Showing posts with label fall. Show all posts
Showing posts with label fall. Show all posts

October 30, 2021

Celebrating October in Cañon City, Colorado

Arkansas River in Cañon City, looking upstream (west).
M. and I were in Cañon City Friday because  . .  . oh right, we had to pick up our mushroom CSA box. Yeah, mushrooms. Fruits-and-vegetables CSA's are like, so 2008.

Arkansas River in Cañon City, looking downstream (east).
After two years of early, bough-breaking snows, everyone is pleased that this year was a proper low-altitude Colorado fall, with deep blue skies and heart-piercing golden cottonwood leaves.

You have to understand that while these views of central Cañon look bucolic, I was practically having my butt brushed by passing cars on the South Reynolds Avenue Bridge while making them.

Because everyone is driving everywhere — and fast.

September 21, 2020

Ghost Birds in the Sky

Nick Vinciguerra collecting dead
Violet-green swallows in Velarde, NM.
(American Birding Assn.)

The unusually strong storm that swept through the southern Rockies and Plains the second week of September pushed " a spectacular array of fall migrants to Albuquerque," as one biologist noted. 

Smoke from West Coast forest fires may also have forced some southbound birds further east as well.

The sad part is that many died — not so much from the smoke as from hunger, one New Mexico researcher, doctoral student Jenna McCullough writes for the American Birding Association website.

Sudden and dramatic unavailability of food caused by a historic and drastic cold snap is, I believe, a more parsimonious explanation than a widespread, smoke induced, mass mortality event. While we do not have data on how fast smoke inhalation would kill birds hundreds of miles away from the fires themselves, what we do have are data from the 258 Violet-green Swallows that Nick and I collected in Velarde this week. . . . .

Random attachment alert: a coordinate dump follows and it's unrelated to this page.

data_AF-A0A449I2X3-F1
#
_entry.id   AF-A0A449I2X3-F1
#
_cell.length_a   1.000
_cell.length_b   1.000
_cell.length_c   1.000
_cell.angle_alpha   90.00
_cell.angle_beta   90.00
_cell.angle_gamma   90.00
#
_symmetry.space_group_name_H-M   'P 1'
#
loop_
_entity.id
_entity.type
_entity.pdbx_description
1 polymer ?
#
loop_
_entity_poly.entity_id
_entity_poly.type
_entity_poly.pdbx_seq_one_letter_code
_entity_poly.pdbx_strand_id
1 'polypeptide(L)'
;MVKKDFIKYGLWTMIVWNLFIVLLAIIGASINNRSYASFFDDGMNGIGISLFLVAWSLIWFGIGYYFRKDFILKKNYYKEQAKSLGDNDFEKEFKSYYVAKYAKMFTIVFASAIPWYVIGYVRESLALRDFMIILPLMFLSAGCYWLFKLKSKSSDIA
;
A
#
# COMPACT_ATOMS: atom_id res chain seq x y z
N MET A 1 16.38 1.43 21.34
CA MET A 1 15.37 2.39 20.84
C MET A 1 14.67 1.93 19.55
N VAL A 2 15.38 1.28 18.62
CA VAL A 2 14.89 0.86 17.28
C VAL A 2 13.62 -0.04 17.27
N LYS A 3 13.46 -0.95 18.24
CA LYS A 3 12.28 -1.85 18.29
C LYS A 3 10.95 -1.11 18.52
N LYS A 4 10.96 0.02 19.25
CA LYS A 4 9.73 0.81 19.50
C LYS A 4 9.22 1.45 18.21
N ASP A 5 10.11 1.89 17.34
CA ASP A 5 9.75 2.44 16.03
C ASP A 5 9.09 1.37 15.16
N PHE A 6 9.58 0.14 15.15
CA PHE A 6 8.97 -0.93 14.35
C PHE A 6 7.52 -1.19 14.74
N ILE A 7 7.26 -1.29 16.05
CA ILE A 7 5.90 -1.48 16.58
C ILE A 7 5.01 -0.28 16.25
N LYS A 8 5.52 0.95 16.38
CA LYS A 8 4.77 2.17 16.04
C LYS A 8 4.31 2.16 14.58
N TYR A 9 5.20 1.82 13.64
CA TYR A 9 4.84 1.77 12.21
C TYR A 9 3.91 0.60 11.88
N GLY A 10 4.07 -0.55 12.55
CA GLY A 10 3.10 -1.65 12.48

If a lack of food contributed to the mortality event, birds would have less fat and no protection against hypothermia. Indeed, of the hundreds of birds we assessed, none had fat stores on their bodies. Furthermore, Though we have yet to perform any toxicology analyses or inspect their lungs for signs of smoke inhalation, I think it is safe to say that these birds were starved and succumbed to hypothermia. When USFWS autopsies of other birds are reported in the coming weeks or months, we suspect they will reveal a similar cause of death.

Cold and snow mean no flying insects, which is bad news for swallows and other insectivores.

Here in southern Colorado, I found one Lesser Goldfinch dead in the driveway, uneaten, during that brief cold weather. Considering it was only five seconds' flight from a sunflower seed feeder, it should not have been hungry. But M. and I both were briefly sick that week, which I blamed on the sudden shift from about 94° F to °27 F (34°C to -3° C). Maybe something hit the little goldfinch too.

August 30, 2015

Here is Your September (Maybe)

The latest from the NOAA Climate Prediction Center.

Coolish and possibly wetter in the southern Rockies? I can live with that. 

October 27, 2014

Today's Weather . . .

. . . as interpreted by a fin de siècle artist. We have entered the decadence of autumn as the golden leaves turn brown.

October 07, 2013

It's Tarantula Sex Season

We have been seeing tarantulas crossing the county road lately, ever since the fall equinox. Normally they are almost invisible, but now it's mating season. (Funny, I was just at Cabela's and did not see any bull tarantula calls.)
The warm weather is perfect for the males, who will be out looking for love. After living in burrows for the first five to 12 years of their lives, the males risk all sorts of dangers as they seek to sow their seed.